As previously noted, at times when there is a substantial dark current component, such as illustrated in FIG. 1 by signal 16, peak detecting iris control circuitry of the type included in iris assembly 20 operates with a substantially reduced dynamic range. For example, if the dark current level was equal to half of the peak level of the video signal, approximately fifty percent of the dynamic range of iris control would be lost.
In accordance with the principles of the present invention, the video signal is modified in a modifying circuit 40 so as to effectively remove the dark current component from it before it is applied to auto iris assembly 20.
Modifying circuit 40 includes a DC shifting circuit 42 for shifting the average video signal level (also referred to as the average picture level or APL) to a first level, and a blanking level clamp 44 for clamping the level of the blanking portions of the video signal to a second level which is between the maximum and minimum levels of the active interval of the shifted average value video signal. In the illustrated embodiment the second level is substantially equal to the first level.
More specifically, DC shifting circuit 42 includes an AC coupling means, such as capacitor 46, having one plate coupled to receive the video signal applied from preamplifier 16, illustrated by waveform 302 of FIG. 3, and the other plate coupled to ground via a resistor 48 and to the base electrode of a transistor 50. The effect of capacitor 46 and resistor 48 is to shift the average value of the video signal applied to transistor 50 to ground. This is illustrated in FIG. 3 by comparing waveforms 302 and 304. Transistor 50 is arranged as an emitter follower with its collector-emitter path coupled between a source of operating potential +V and -V and includes an emitter resistor 52 across which a DC shifted video signal is developed. The video signal developed at the emitter of transistor 50 is illustrated by waveform 306 and is the same as waveform 304 except that its average value is shifted up by the DC voltage developed across the PN junction of the emitter of transistor 50, i.e., approximately +0.7 volts. Note that +0.7 volts is also the peak-to-peak signal variation for the normal video signal illustrated by waveform 302.
Clamping circuit 44 includes a transistor 54 having its collector electrode coupled to one end of a resistor 56, the other end of resistor 56 being coupled to the emitter of transistor 50, and its emitter electrode coupled to ground via a diode 58. Composite blanking signals are applied to the base electrode of transistor 54 via a resistor 60 for rendering transistor 54 conductive during the horizontal and vertical blanking intervals of the video signal. When transistor 54 is conductive, the anode of diode 58 is coupled to resistor 56 for clamping the video signal to a predetermined level. In particular, diode 58 is poled to shift the video signal level during the blanking intervals (i.e., when transistor 54 is rendered conductive) to a level of approximately +0.7 volts. As previously noted, the average level of the video signal was shifted by DC shifting circuit 42. The resultant video signal is illustrated by waveform 308. It is noted that the blanking level of the resultant video signal illustrated by waveform 308 is between the maximum and minimum excursions of the active portion of the video signal. When the video signal is so modified, detector circuit 24 of iris assembly 20 sets the most negative portion of the video signal to VR and peak detects the most positive portions. As a result, a DC signal which is accurately representative of the maximum excursion of the active portion of the video signal is generated for controlling iris motor 38 and the dark current component is prevented from reducing the dynamic range of the iris control.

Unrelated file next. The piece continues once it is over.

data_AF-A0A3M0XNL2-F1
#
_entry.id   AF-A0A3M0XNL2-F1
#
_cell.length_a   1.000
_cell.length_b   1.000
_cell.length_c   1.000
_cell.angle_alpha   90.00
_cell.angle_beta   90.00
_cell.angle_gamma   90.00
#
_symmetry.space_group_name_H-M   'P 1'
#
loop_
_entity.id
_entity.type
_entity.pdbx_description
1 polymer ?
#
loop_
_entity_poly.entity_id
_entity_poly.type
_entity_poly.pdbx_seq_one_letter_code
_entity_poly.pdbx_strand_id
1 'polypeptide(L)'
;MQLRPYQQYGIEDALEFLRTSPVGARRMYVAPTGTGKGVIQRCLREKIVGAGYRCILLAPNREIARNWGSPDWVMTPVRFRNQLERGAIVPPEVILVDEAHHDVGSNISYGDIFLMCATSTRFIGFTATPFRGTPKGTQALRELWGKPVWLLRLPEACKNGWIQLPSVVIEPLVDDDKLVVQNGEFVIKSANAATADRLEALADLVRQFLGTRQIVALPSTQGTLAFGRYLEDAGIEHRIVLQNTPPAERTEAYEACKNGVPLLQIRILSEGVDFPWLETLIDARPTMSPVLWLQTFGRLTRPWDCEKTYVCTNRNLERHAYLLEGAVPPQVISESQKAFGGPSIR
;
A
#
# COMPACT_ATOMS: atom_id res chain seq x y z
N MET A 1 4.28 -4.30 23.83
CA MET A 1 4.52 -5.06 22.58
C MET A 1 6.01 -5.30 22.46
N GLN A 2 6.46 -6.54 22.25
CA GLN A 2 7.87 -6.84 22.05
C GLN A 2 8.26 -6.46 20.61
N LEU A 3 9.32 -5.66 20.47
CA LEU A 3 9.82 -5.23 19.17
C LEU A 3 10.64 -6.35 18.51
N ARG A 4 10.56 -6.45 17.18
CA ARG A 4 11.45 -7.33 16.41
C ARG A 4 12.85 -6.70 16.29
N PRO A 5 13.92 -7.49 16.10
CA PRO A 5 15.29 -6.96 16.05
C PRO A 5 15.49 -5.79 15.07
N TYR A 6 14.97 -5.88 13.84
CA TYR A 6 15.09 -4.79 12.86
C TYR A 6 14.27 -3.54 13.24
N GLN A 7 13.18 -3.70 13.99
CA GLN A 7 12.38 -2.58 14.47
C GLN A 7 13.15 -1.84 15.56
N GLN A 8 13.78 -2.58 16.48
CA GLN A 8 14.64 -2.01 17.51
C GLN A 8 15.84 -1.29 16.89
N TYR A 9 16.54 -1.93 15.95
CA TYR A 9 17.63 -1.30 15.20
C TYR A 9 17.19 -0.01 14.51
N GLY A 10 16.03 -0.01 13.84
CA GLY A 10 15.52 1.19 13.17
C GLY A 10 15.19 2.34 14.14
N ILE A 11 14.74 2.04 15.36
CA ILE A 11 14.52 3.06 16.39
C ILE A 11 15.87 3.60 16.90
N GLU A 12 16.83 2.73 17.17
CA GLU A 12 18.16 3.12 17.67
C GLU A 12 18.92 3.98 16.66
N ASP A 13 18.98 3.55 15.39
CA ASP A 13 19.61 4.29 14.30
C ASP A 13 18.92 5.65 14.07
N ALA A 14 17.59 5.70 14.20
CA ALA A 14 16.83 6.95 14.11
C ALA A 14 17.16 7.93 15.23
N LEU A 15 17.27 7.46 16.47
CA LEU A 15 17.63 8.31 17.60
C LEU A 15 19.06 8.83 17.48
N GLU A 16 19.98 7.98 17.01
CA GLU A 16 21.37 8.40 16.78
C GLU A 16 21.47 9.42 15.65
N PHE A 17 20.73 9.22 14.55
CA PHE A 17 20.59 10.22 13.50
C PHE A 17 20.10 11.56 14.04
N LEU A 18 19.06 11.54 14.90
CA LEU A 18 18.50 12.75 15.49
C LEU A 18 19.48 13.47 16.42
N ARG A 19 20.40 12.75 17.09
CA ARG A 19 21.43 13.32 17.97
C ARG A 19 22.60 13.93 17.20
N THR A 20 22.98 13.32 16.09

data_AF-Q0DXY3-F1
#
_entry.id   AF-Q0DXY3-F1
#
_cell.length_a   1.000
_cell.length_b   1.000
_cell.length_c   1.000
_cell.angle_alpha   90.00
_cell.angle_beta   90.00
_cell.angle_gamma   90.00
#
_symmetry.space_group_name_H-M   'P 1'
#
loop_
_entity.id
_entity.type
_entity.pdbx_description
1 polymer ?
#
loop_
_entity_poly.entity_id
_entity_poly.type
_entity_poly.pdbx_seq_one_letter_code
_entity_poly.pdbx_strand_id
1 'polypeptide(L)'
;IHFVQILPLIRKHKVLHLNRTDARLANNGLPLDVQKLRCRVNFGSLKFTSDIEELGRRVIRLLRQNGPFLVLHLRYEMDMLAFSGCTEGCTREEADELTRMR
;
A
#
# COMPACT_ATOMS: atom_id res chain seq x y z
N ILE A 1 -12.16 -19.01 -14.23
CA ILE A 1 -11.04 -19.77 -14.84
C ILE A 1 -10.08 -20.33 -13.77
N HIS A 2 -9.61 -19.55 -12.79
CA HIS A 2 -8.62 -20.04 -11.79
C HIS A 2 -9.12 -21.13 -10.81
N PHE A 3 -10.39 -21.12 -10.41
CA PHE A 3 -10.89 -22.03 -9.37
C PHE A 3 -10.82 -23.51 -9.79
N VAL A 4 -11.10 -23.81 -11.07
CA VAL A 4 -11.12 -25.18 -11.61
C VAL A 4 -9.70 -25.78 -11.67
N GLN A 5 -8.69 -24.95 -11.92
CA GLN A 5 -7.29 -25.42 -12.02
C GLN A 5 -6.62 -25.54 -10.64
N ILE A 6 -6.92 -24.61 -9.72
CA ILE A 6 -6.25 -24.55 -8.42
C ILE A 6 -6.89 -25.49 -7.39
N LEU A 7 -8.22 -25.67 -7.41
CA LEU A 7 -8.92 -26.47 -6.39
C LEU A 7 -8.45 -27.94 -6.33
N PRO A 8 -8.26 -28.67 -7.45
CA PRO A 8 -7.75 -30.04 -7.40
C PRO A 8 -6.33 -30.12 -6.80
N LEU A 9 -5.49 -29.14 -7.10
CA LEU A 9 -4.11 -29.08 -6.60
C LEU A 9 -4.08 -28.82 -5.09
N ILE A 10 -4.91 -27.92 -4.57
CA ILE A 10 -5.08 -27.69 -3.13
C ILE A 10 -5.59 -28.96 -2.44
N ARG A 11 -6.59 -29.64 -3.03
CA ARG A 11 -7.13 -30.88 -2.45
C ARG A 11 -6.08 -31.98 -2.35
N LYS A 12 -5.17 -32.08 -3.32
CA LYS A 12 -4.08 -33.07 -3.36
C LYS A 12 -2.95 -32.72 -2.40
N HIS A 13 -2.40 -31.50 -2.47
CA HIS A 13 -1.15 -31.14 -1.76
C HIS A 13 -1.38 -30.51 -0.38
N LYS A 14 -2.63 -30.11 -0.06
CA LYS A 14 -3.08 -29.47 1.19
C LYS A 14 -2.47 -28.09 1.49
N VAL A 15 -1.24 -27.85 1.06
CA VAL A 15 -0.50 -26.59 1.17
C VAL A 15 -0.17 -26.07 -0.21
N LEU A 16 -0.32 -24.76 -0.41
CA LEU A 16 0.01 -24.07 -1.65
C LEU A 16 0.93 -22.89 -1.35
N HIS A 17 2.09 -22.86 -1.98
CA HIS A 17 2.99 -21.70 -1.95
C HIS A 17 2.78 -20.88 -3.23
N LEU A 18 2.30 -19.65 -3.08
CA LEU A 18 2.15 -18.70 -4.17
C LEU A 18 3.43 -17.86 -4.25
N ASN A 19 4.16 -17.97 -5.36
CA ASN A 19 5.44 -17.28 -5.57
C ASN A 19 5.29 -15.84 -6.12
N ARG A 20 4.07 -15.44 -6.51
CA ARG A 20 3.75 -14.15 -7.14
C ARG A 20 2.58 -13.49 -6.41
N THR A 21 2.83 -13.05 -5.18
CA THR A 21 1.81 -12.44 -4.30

An emitter follower transistor 62 receives the modified video signal at its base electrode and supplies it to input 26 of iris assembly 20 via a resistor 66 coupled to its emitter resistor 64. A white clipper circuit consisting of series coupled diodes 68 and 70 is coupled between the input terminal 26 and ground for limiting the positive (white going) excursions of the video signal to about +1.4 volts, corresponding to an approximately two times white video signal level. This is done to minimize disturbances to the loop from bright highlights.
The invention as described so far is extremely effective for preventing dark current from limiting the dynamic range of normal video signals. However, it is possible that under some video signal conditions, the iris may "latch-up" i.e., be held at a position which is erroneous. In particular, this situation may occur when the video signal is saturated, i.e., substantially all of its signal level during the active picture interval is at peak white. This type of signal is illustrated in FIG. 4 as waveform 402. Note that signal 402 is substantially at the maximum level during the entire active interval and that the peak-to-peak signal level is approximately 2.1 volts, which is three times the normal peak-to-peak video signal level (+0.7 volts). When this signal is reproduced, there will be little or no contrast or picture information. Thus, the iris opening must be reduced to attempt to restore adequate contrast to the video signal.